VTT's go back half the history of RPGs at this point.
It's fair to say that the VTTs are finally at a point where they're newb-accessible, and hit that just in time for the pandemic to make them desirable.
And streamed gameplay video is relatively new - ISTR it starting in or before 2012. I didn't care for it much then, and am not a big fan now... but the SG1 game with David Blue (Eli, SGU), David Hewlett (McKay, All three), Julie McNiven (Ginn, SGU), and three other part-timers from the show was a lot of fun to watch. I'd love to see that group play again. (Dial the Gate video podcast on YouTube.) I'll also say I'd welcome any of them at my public games.

Streamed gameplay by groups of actors has a bunch of different approaches... I don't care for the more scripted forms. But the teach the system to a mixed party of newbs and skilled players used by Free League/Fria Ligan and by Wyvern Gaming is much more useful, and to me, more fun.


¹: I'm not saying best. What I'm saying is that the rules are amongst the easiest to get and easiest to understand - two different kinds of accessible, and it's the best in both under the D&D brand label.
²: Ethernet over Power, Ethernet over AC... modulate the 60Hz 110v with a 10 to 50 Mbps signal over. The only place I've ever seen evidence of installation was in Florida. Was mentioned in Datamation in 1996.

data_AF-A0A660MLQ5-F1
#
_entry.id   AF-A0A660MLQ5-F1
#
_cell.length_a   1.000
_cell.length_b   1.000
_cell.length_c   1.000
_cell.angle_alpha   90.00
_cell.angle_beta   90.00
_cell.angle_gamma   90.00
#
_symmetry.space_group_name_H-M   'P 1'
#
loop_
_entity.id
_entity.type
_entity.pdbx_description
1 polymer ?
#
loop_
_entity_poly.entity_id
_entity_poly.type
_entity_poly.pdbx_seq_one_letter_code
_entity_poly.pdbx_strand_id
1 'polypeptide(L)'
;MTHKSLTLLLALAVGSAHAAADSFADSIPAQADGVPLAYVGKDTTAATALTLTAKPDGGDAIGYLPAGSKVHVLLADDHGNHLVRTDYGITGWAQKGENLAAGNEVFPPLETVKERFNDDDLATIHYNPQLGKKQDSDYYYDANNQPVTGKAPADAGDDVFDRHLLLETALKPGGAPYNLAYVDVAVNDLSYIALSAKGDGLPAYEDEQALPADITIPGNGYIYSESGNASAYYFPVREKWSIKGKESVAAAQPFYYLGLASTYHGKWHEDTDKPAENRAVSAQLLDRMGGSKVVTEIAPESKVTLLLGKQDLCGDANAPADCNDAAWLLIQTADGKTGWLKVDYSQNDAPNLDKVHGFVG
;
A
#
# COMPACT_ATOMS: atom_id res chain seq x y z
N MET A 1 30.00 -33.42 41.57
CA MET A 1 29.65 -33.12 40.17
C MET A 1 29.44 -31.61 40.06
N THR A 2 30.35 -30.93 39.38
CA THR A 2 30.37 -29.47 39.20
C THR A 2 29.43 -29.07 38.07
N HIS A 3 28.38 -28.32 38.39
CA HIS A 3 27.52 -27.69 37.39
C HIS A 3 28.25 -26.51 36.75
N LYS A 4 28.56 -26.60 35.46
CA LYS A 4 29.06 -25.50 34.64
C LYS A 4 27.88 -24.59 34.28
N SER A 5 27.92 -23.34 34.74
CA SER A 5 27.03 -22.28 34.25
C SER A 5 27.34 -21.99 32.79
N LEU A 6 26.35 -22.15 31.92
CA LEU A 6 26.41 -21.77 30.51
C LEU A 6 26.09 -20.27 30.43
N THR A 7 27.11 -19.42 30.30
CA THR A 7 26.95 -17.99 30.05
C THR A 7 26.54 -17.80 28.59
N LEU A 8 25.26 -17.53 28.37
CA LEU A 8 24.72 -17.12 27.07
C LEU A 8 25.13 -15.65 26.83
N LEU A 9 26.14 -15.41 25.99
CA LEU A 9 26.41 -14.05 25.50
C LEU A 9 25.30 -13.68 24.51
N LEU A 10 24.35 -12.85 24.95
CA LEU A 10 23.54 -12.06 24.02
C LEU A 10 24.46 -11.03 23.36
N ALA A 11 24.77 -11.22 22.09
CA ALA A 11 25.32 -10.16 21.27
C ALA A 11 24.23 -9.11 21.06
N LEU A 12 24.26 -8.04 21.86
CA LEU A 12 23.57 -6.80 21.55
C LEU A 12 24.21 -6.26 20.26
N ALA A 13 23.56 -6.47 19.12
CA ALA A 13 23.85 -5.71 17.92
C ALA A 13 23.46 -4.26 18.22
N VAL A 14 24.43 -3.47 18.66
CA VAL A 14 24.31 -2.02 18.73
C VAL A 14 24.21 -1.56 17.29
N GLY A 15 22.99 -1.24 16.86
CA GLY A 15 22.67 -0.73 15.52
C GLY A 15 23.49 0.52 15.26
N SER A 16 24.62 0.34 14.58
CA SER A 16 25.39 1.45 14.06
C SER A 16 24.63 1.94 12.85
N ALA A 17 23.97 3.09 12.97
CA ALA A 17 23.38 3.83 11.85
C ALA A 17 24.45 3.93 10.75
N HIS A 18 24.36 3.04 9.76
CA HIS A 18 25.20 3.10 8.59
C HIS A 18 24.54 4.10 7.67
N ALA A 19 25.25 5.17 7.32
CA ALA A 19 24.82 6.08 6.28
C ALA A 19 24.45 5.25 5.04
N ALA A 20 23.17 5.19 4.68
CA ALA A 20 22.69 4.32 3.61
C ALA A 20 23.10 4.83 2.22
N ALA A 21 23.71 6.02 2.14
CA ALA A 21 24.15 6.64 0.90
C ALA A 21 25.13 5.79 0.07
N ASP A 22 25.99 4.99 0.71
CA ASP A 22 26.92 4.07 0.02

³: High Speed being pretty much anything past 10 Mbps (megabit per second) Cable, DSL, and ISDN modems.
 


MGibster

Legend
I had no idea it was so popular.
Games Workshop is a British based company best known for Warhammer 40k and Age of Sigmar. GW generated $370,000,000 in revenue last year whereas WotC generated more than $800,000,000. But like a lot of things these days, if it's not on your radar it's effectively invisible. But there's a lot more space devoted to Warhammer and Age of Sigmar at my FLGS than there is to D&D or RPGs.

Great news! 90% of all my gaming spending in 2020 was on rpgs. Usually it was 40% rpgs and 60% wargames.
I have a tough time breaking down my spending like that. I bought a lot of Games Workshop products in 2020 but I also bought a lot of miniatures from other companies to use for RPGs once the pandemic was over and we returned to face-to-face gaming. But I purchased more RPGs in 2020 than I normally do in a year.
 

@aramis erak thanks for that!
Interesting. Yea the confluence of vtt tech, licensing with wotc, and the pandemic does seem like a perfect storm. Huh.
It's important to understand that VTT tech hasn't really advanced much in the last 5 years...
VOIP likewise is really minor improvements.
Constant, very minor, incremental improvements.